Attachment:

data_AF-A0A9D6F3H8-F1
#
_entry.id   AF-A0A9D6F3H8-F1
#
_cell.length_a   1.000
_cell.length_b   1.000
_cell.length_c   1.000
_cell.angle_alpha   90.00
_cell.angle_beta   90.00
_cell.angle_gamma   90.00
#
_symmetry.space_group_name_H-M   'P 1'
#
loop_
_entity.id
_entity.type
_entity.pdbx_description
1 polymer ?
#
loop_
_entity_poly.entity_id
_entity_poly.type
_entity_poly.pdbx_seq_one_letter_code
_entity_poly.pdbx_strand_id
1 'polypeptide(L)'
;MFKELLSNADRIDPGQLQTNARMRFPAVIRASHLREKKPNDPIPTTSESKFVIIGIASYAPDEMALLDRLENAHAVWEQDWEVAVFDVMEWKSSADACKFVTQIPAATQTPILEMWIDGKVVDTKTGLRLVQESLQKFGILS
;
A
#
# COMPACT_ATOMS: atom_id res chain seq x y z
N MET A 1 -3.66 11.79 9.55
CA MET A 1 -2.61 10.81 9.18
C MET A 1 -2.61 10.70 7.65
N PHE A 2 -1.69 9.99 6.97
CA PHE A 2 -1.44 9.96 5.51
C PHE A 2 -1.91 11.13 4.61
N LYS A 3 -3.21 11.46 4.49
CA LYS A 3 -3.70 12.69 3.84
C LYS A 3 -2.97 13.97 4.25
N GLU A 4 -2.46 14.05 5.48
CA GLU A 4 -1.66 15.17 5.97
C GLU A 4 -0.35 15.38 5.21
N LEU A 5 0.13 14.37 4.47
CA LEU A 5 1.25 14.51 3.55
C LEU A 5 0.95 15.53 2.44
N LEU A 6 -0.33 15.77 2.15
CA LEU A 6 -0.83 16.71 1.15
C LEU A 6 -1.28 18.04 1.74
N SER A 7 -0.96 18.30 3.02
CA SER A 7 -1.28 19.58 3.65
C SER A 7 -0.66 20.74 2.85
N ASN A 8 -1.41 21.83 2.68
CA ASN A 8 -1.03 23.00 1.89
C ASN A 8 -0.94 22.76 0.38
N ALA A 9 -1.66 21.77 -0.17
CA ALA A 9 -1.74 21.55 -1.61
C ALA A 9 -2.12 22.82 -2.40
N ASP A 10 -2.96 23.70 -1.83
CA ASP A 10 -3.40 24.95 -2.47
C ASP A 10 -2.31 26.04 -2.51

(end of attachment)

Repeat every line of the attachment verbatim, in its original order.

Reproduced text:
data_AF-A0A9D6F3H8-F1
#
_entry.id   AF-A0A9D6F3H8-F1
#
_cell.length_a   1.000
_cell.length_b   1.000
_cell.length_c   1.000
_cell.angle_alpha   90.00
_cell.angle_beta   90.00
_cell.angle_gamma   90.00
#
_symmetry.space_group_name_H-M   'P 1'
#
loop_
_entity.id
_entity.type
_entity.pdbx_description
1 polymer ?
#
loop_
_entity_poly.entity_id
_entity_poly.type
_entity_poly.pdbx_seq_one_letter_code
_entity_poly.pdbx_strand_id
1 'polypeptide(L)'
;MFKELLSNADRIDPGQLQTNARMRFPAVIRASHLREKKPNDPIPTTSESKFVIIGIASYAPDEMALLDRLENAHAVWEQDWEVAVFDVMEWKSSADACKFVTQIPAATQTPILEMWIDGKVVDTKTGLRLVQESLQKFGILS
;
A
#
# COMPACT_ATOMS: atom_id res chain seq x y z
N MET A 1 -3.66 11.79 9.55
CA MET A 1 -2.61 10.81 9.18
C MET A 1 -2.61 10.70 7.65
N PHE A 2 -1.69 9.99 6.97
CA PHE A 2 -1.44 9.96 5.51
C PHE A 2 -1.91 11.13 4.61
N LYS A 3 -3.21 11.46 4.49
CA LYS A 3 -3.70 12.69 3.84
C LYS A 3 -2.97 13.97 4.25
N GLU A 4 -2.46 14.05 5.48
CA GLU A 4 -1.66 15.17 5.97
C GLU A 4 -0.35 15.38 5.21
N LEU A 5 0.13 14.37 4.47
CA LEU A 5 1.25 14.51 3.55
C LEU A 5 0.95 15.53 2.44
N LEU A 6 -0.33 15.77 2.15
CA LEU A 6 -0.83 16.71 1.15
C LEU A 6 -1.28 18.04 1.74
N SER A 7 -0.96 18.30 3.02
CA SER A 7 -1.28 19.58 3.65
C SER A 7 -0.66 20.74 2.85
N ASN A 8 -1.41 21.83 2.68
CA ASN A 8 -1.03 23.00 1.89
C ASN A 8 -0.94 22.76 0.38
N ALA A 9 -1.66 21.77 -0.17
CA ALA A 9 -1.74 21.55 -1.61
C ALA A 9 -2.12 22.82 -2.40
N ASP A 10 -2.96 23.70 -1.83
CA ASP A 10 -3.40 24.95 -2.47
C ASP A 10 -2.31 26.04 -2.51